Let me tell you a few things:
First, I'm gonna miss these guys. When The Sopranos first started I was slogging my way through graduate school in the Midwest, complaining about the lack of a good bilay and fresh mozzarella with prosciutto. Nothing, but nothing, brought me back to my home like The Sopranos intro.
Watching Tony drive out of the mouth of the Lincoln Tunnel and up the ramp towards my home, a ride that I have done no less than thousands of times, made me feel like I was back in North Jersey for an hour. Past Pizza 33 and the train bridges in Kearney. Through Bayonne, Rutherford and all the way to the hilly suburbs of Montclair and Caldwell.
And all those mentions of Bloomfield Avenue, Route 3 and The Turnpike always made me so proud of my home state and feel like if I ever wanted to, I could reach out to Tony -- or maybe even Sil, since he was always so level-headed. I'll miss having an advocate for New Jersey like Tony because he loved it like we love it -- without question.
I'm gonna miss the gratuitous stripper shots at The Bing, watching Tony eat sandwiches in enormous bites from the pork shop, and even Uncle Paulie's bizarre behavior. I'll miss being at home with T; they loved showing Tony snort his way out of sleep and waddle down the stairs in that ratty bathrobe to a waiting Carmella. Despite his almost repulsive morning appearance, he cleaned up well and he was no slouch with the ladies.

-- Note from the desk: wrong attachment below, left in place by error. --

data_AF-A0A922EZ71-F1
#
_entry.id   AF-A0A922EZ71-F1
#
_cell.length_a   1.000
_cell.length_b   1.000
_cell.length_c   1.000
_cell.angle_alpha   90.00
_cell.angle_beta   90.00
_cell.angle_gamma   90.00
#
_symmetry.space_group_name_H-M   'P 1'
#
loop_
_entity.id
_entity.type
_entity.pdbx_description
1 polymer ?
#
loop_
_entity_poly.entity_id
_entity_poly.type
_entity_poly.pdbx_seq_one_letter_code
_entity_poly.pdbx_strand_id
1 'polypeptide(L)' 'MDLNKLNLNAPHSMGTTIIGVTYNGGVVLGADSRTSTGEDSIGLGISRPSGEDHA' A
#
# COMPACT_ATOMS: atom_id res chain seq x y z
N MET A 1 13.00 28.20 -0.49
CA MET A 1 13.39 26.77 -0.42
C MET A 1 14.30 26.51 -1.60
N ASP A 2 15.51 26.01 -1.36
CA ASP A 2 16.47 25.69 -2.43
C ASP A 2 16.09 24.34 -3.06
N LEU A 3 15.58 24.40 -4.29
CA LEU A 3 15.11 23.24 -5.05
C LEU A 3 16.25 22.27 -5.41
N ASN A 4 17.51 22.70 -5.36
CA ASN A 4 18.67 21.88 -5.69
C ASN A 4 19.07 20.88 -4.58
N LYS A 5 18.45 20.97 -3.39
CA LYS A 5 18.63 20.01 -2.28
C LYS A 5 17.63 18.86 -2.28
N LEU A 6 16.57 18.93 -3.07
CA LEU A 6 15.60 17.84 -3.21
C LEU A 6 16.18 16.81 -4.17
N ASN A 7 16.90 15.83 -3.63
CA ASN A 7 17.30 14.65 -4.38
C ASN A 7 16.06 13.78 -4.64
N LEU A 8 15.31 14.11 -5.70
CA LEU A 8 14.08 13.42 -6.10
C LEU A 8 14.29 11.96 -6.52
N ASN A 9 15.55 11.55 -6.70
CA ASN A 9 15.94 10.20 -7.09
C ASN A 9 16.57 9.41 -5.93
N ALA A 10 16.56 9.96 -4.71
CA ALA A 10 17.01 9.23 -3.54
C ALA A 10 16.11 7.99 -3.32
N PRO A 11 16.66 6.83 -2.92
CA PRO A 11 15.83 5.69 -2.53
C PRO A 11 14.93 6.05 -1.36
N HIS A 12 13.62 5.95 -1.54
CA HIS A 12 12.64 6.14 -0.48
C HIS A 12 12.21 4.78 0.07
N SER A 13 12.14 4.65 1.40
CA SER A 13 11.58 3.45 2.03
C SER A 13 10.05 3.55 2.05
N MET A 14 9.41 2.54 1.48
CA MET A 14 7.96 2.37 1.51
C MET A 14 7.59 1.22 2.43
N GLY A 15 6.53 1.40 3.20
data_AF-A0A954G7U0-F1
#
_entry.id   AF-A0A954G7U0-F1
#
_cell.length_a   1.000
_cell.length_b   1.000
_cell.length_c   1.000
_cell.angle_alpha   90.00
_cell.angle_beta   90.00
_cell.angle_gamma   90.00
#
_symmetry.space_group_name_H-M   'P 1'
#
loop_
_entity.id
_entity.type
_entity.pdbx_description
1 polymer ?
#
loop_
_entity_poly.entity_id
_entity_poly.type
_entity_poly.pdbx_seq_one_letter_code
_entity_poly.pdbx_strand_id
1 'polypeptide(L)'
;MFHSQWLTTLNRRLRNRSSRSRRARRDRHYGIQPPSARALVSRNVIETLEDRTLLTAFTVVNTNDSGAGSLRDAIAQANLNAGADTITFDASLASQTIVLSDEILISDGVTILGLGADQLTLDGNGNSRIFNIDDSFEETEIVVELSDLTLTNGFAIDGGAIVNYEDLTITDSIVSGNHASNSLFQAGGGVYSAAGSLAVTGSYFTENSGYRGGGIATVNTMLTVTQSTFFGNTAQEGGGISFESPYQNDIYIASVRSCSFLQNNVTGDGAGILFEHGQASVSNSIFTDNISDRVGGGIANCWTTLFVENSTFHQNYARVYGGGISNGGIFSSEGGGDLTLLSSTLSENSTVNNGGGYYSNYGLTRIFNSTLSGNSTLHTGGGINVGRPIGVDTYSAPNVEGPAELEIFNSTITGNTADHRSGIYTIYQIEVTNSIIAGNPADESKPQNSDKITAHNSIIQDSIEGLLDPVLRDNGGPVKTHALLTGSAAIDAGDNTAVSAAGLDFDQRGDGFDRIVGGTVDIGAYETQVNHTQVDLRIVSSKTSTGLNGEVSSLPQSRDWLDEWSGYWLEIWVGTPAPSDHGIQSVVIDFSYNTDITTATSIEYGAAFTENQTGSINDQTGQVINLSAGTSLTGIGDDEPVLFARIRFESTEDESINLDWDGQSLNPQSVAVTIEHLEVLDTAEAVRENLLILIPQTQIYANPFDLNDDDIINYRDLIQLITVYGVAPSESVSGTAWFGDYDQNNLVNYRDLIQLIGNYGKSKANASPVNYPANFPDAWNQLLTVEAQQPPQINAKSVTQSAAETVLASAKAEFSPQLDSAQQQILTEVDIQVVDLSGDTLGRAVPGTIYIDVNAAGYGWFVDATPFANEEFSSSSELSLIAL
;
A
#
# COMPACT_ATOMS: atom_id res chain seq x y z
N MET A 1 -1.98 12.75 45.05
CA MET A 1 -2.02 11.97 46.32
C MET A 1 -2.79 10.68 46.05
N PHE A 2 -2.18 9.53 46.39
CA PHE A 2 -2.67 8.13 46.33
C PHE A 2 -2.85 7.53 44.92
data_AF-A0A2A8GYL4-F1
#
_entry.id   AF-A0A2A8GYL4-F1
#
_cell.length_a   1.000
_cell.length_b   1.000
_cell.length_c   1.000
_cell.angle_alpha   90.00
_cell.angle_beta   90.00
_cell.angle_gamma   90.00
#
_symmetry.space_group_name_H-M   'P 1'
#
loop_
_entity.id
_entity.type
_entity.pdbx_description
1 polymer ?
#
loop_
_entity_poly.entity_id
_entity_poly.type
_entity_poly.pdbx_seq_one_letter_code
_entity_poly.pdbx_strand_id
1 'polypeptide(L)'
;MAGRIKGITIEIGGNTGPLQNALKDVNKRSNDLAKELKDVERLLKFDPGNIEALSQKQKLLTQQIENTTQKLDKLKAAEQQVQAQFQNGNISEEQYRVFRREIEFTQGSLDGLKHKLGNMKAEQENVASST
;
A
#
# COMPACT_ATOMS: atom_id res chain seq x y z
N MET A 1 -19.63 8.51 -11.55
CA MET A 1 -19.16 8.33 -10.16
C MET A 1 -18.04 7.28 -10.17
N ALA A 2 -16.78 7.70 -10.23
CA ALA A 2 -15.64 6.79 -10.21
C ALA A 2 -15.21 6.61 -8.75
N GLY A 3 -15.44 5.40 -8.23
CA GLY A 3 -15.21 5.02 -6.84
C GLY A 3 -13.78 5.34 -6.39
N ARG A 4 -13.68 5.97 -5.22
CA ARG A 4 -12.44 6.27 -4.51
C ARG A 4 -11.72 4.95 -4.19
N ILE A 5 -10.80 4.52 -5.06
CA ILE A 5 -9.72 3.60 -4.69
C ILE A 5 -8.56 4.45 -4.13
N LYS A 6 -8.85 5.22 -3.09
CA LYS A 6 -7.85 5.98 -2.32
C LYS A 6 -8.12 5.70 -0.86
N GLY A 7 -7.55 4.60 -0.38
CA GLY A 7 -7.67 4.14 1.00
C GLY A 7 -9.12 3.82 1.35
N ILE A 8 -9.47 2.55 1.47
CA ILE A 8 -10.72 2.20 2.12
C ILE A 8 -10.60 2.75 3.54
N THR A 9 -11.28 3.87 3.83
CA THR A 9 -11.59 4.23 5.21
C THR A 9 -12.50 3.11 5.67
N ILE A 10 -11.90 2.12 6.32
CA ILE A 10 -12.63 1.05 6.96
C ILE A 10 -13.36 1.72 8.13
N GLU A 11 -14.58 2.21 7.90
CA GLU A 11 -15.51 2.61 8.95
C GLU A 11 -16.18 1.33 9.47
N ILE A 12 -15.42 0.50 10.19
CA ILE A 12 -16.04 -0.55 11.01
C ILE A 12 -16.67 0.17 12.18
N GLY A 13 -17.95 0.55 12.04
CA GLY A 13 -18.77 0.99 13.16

The Sopranos did capitalize on a mostly-false stereotype of what Jersey, and Italian-Americans, are really like. But I love being form Jersey and I love that our state could potentially be filled with tough guys that don't take shit and then validate themselves by spilling their guts to a therapist. And I love that when people think about Jersey they associate it with a guy that is emotional to the point of passing out, but might also kick your teeth in if you cross him. It's better than potatoes, or corn, or Bush.
I'm gonna miss Christopher and Sil and Paulie -- especially Paulie. The hair, the temper, the constant desire to be nothing but number three or four. He was a true and loyal servant of Tony and a heartless bastard at that. But they made you love him.
Finally, I'm gonna miss anticipating what will happen next to this North Jersey gangster and his family. Talking about it at work, at the dinner table, at the bar. In the early years of Big Pussy (really, the first meaningful guy to get whacked), we used to plan for the show and watch it over huge Italian feasts with lots of red wine and cigarettes and conjecture and opinion. And it was good. It was great, actually. And it was this that made Tony and his crew so special. They made you want to hang out with them and around them. They brought people together for the common enjoyment of watching a story unfold. They are what makes television such a special medium and The Sopranos will be greatly missed. Especially in North Jersey, and especially by me.